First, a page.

Older brother Maz Quinn has won the NZ Open 4 times. Although Maz has never won a World Title he won the ultra-competitive Australian Pro Junior series – breeding ground for future World Champs (Parko, Fanning, etc.) and finished 2nd to Taj Burrows in the World Pro Junior final. Maz then qualified for the elite World Tour and placed 5th in the opening event on the Gold Coast. He was king-maker at the Quiksilver France, where Kelly Slater hoped Maz would beat the other world title contender, Andy Irons in serious barreling surf. A desperate Irons finally caught up with Maz with just 5 minutes to go. Final scores: 11.76 to 11.33 – Andy became the World Champ. Maz became a household name in NZ and appeared on numerous TV sports shows. Maz is still the only male Kiwi surfer to make it onto the elite World Tour, although brother Jay came close.

Maz Quinn reo

Maz Quinn – still the best backhand reo in the business  [pic. Cory Scott]

Only one other Gisborne Boardriders surfer has ever achieved at a higher level than Maz Quinn in the International arena. A young kid named Al Byrne was one of the original grommets at the beginning of the club. His dad, Des Byrne, was the first club president. But that’s another whole story…    Ô

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falling light Okitu MED_0032shadows

Being the middle of wintewinter light Wainui_0009r the days are short and the late afternoon and evening shadows are long. The last few days have been brilliantly sunny and mild – once the frost has melted and the sun has got cracking. So I’ve been sleeping through the frosty sunrises and have been catching the sunsets instead. An afternoon surf is the warmest option at this time of the year.

The ‘Red Bus’ reef at Makorori was empty and beckoned me. I left it a bit late to get out of the surf though as the sun had already dipped behind the hills. You need to get out well before dark in wintertime to save freezing your butt off getting changed in the evening chill. The 8 to 5 crew have to drive home in the dark with no chance of an evening surf at this time of the year.  That’s usually me too, but I’m on holiday this week – happy days!     Ô

clean surf

sunny days, clean surf

rubbish bin

cool ‘n’ groovey trash bin

evening shadows

long evening shadows

flaxhead

flaxhead in the falling light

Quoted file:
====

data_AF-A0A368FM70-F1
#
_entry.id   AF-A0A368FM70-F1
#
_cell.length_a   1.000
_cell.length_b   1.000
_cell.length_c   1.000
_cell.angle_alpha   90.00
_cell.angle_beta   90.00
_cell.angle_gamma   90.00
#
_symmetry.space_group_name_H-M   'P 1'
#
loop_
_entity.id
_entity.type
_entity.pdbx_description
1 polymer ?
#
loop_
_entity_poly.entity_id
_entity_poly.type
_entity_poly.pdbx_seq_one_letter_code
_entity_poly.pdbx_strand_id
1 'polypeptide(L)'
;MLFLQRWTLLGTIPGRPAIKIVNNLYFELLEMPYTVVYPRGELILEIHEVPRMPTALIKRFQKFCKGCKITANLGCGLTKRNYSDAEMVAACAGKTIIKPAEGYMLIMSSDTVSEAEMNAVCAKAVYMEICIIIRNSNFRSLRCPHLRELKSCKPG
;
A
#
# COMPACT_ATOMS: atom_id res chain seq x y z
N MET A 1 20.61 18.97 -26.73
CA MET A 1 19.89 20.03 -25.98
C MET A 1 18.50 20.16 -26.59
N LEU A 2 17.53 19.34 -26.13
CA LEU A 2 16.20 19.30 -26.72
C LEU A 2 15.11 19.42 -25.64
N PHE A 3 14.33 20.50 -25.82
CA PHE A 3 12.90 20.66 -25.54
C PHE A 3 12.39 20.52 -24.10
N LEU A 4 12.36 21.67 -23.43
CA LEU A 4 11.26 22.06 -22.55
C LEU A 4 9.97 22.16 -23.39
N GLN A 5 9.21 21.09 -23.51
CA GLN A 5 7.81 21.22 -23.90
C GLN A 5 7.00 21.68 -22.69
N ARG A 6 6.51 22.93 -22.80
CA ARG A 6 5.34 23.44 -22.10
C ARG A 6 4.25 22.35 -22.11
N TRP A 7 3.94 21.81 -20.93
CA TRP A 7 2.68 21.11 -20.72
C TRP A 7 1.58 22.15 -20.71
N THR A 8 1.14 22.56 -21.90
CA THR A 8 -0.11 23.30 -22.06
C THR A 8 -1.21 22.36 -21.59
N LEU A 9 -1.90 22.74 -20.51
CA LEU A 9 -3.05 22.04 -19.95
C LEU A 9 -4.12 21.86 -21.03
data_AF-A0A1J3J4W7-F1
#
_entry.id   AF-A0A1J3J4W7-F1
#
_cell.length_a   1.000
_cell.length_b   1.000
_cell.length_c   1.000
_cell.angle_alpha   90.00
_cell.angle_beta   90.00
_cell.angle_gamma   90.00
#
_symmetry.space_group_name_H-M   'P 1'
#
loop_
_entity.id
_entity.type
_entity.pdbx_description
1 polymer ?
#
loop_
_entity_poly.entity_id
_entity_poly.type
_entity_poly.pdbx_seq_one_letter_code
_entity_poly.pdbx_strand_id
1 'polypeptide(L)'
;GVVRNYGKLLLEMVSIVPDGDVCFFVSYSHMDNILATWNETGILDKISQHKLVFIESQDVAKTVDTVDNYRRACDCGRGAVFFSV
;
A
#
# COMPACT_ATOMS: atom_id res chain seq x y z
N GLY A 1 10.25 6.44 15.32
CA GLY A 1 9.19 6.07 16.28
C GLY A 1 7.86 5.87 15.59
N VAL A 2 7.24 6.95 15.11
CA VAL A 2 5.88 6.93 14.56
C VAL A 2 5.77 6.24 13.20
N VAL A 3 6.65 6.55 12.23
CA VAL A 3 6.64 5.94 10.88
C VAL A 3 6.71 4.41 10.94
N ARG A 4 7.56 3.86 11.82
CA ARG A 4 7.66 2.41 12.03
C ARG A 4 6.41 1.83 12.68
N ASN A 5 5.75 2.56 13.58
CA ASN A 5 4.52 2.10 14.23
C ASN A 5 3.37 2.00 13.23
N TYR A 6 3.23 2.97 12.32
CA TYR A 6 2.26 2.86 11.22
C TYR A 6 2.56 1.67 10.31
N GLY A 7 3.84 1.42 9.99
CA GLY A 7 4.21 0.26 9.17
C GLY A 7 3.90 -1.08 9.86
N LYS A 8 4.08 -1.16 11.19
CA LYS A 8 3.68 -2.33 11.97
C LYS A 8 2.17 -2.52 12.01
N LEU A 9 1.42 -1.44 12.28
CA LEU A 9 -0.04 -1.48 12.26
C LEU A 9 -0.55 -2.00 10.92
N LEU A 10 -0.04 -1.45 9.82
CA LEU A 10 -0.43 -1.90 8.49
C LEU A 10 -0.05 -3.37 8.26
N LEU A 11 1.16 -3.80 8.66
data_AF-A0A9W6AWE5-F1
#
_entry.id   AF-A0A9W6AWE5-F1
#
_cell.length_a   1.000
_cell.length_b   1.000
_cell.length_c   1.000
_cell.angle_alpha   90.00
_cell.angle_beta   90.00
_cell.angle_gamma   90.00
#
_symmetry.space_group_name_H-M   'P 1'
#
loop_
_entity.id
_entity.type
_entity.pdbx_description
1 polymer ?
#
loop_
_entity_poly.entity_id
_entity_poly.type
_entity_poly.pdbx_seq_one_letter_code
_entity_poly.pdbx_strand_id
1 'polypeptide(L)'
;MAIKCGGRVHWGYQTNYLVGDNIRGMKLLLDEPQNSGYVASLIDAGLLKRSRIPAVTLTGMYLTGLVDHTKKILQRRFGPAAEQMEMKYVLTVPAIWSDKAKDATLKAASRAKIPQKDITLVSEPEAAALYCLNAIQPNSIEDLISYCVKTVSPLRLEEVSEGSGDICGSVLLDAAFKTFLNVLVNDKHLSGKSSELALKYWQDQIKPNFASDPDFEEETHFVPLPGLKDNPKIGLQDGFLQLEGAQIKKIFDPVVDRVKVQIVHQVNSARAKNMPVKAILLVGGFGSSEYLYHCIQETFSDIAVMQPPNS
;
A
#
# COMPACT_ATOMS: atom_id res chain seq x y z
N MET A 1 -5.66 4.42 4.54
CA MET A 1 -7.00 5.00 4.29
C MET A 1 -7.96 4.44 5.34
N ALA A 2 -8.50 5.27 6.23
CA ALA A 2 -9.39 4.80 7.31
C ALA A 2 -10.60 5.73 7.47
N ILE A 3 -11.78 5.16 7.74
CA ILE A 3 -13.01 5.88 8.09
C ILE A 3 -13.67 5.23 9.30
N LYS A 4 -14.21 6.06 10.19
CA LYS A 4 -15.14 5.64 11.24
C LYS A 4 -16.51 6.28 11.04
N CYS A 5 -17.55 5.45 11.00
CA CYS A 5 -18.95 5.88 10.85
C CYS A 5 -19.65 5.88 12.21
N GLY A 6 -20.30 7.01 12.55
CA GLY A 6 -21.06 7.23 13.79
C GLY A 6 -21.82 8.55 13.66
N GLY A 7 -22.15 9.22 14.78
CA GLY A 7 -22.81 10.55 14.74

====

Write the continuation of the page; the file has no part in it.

5pm traffic

5pm, homeward bound

carpark view_0014

Summer story #5

There’s nothing like catching up with old ‘friends’. The past week’s been a busy one but I managed to catch a wave at two surfing spots at Mahia that have been old acquaintances of mine from way back. On my many trips to the Mahia Peninsular back in the 70’s and 80’s, the two most consistent surf beaches were Blacks and Mahanga Beach. There was always a swell at one of them, it was just a matter of which way the wind was blowing. Mahanga is best in a West or Nor-west but when the wind goes northerly or Nor-east seabreeze, Blacks is the spot. However Blacks has had it’s weird moments in recent years – something strange had happened to our old standby. Consequently I hadn’t surfed Blacks for two decades …until Tuesday. It’s been a long time between surfs!

After several days in Hawkes Bay at a family event I was on my way home yesterday with a couple of hours to spare before dark. A front had come through and a Sou-wester was freshening. I thought I’d check out the Mahia surf on my way home, perhaps Mahanga ‘standby #2’ would be OK in this wind?

But before I arrived at Mahanga to find a half-clean wave running down the Point, I stopped on the main highway to take a photo …and as I hopped out, the car door locked behind me, motor still running, indicators still flashing!  Fortunately I was soon able to flag down a motorist to use their cellphone to phone the AA to be rescued. Waiting on the side of the road for 30 minutes, I reflected back on my first Summer Story when Frick nearly cooked his motor. (Boy, I bet Frick’s sure gonna laugh at this story!) Eventually I made it to Mahanga for a quick surf before dark. The wind was a little cross-shore but it was great to get wet after my little drama. Old friends came through for me.      Ô

Blacks

small crowd of 3 out at Blacks

debrief

surf debrief

Black's overview

Black’s overview

locked out !

locked out ! (yeah, I’m embarrassed)

old truck

…I wonder if I can get to the beach in that?

Nuhaka garage

join AA, well worth the money!

Mahanga Point

finally made it to Mahanga Point

Beach patrol_crop 0064

Summer story #2

Eli torso_0005The beach is the only sensible place to be when the thermometer hits 30°.  But when folks head to the water to cool off there can be problems if there’s a swell running, with rips and holes to catch out the unwary. Keeping everyone safe in the water is the mission of our dedicated Surf lifeguards.